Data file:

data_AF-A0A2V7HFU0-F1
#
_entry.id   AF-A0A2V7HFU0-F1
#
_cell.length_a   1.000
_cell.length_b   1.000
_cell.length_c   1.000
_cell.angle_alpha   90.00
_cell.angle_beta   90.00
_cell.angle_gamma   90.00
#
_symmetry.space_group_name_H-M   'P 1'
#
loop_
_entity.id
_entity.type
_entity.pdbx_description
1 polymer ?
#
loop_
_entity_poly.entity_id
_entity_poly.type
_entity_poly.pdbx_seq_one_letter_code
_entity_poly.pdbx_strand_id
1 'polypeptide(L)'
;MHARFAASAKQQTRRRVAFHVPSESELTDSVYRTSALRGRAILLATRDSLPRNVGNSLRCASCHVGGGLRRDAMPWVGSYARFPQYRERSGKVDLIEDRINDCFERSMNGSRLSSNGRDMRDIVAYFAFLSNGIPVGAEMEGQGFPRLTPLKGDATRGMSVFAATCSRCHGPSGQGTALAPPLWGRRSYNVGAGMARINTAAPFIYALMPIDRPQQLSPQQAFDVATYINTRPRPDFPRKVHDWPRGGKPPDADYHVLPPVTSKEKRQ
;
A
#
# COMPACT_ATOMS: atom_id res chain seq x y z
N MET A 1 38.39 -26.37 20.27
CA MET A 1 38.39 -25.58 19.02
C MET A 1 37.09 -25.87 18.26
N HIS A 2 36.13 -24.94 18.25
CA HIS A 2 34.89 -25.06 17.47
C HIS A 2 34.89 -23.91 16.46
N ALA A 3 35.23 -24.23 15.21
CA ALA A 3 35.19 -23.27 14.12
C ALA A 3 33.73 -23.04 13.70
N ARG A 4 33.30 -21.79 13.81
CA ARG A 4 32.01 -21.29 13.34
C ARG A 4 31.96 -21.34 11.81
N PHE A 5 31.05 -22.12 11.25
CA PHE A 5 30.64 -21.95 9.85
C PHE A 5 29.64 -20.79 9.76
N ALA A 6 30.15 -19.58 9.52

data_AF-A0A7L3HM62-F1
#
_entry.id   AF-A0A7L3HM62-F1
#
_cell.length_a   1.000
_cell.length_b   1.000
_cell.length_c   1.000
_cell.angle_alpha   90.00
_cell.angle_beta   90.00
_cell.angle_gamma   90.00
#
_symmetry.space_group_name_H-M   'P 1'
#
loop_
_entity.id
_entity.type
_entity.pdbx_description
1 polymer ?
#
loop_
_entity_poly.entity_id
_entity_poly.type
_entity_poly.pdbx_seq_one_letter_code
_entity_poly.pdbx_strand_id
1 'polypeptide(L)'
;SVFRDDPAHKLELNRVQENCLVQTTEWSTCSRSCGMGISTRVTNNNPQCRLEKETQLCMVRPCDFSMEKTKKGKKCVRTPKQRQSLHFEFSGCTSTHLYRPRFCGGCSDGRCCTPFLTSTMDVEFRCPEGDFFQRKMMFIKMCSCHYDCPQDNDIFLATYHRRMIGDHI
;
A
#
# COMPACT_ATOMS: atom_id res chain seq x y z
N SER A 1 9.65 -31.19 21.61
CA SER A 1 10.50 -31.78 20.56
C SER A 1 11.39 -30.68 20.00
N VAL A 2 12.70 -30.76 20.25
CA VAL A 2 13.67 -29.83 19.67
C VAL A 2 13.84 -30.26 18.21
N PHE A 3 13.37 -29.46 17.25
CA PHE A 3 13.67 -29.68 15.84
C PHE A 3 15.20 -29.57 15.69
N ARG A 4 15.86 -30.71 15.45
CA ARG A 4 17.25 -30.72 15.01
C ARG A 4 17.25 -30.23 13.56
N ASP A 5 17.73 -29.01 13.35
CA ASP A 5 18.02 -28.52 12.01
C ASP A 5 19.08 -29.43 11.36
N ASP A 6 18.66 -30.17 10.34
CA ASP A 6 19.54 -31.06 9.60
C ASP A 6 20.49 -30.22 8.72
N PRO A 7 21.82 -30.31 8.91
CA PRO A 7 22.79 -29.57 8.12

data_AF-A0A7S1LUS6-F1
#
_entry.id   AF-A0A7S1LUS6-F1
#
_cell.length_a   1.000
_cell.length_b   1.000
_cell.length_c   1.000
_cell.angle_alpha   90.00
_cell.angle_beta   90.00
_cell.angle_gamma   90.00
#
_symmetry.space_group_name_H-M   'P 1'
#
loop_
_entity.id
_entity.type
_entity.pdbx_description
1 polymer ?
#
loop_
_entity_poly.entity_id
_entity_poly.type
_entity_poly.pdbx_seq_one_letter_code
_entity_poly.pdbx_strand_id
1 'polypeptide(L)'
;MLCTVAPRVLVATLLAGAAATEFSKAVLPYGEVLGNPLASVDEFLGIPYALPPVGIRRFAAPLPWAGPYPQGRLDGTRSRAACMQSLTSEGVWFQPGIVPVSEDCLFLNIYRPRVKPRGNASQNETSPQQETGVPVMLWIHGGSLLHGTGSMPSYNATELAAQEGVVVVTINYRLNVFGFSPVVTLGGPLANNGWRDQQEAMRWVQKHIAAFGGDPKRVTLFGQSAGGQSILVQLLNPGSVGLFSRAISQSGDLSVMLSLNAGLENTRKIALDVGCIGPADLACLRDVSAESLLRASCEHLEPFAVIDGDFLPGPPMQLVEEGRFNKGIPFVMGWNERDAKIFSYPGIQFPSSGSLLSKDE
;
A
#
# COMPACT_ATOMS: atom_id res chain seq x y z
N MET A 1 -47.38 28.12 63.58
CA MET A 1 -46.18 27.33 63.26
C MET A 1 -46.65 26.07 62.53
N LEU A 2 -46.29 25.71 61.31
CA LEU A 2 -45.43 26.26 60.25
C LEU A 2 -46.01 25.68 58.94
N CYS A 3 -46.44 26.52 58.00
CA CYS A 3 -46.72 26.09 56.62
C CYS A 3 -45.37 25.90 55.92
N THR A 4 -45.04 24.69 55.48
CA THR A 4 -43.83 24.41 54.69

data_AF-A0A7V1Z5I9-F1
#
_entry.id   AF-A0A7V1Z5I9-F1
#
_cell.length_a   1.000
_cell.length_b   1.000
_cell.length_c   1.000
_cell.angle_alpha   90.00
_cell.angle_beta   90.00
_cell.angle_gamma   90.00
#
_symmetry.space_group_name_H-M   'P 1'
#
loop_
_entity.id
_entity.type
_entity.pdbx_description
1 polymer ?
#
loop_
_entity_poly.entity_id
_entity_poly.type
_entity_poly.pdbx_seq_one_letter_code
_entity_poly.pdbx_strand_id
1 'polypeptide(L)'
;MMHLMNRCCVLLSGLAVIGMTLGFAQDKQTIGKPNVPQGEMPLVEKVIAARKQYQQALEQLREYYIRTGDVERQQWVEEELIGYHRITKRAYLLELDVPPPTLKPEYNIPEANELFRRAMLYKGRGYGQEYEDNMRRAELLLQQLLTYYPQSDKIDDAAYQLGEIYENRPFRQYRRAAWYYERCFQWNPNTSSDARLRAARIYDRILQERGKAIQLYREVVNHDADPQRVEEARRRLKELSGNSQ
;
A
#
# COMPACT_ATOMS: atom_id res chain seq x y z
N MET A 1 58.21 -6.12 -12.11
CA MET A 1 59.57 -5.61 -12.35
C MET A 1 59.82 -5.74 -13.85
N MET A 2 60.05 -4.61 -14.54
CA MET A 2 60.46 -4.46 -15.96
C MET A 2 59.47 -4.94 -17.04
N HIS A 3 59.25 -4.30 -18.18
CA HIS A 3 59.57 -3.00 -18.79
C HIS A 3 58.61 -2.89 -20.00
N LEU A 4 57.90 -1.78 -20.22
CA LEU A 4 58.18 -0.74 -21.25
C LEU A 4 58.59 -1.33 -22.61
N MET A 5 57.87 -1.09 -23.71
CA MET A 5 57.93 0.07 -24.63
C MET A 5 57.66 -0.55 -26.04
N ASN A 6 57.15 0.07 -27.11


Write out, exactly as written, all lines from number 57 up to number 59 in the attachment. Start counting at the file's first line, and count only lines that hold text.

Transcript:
#
_symmetry.space_group_name_H-M   'P 1'
#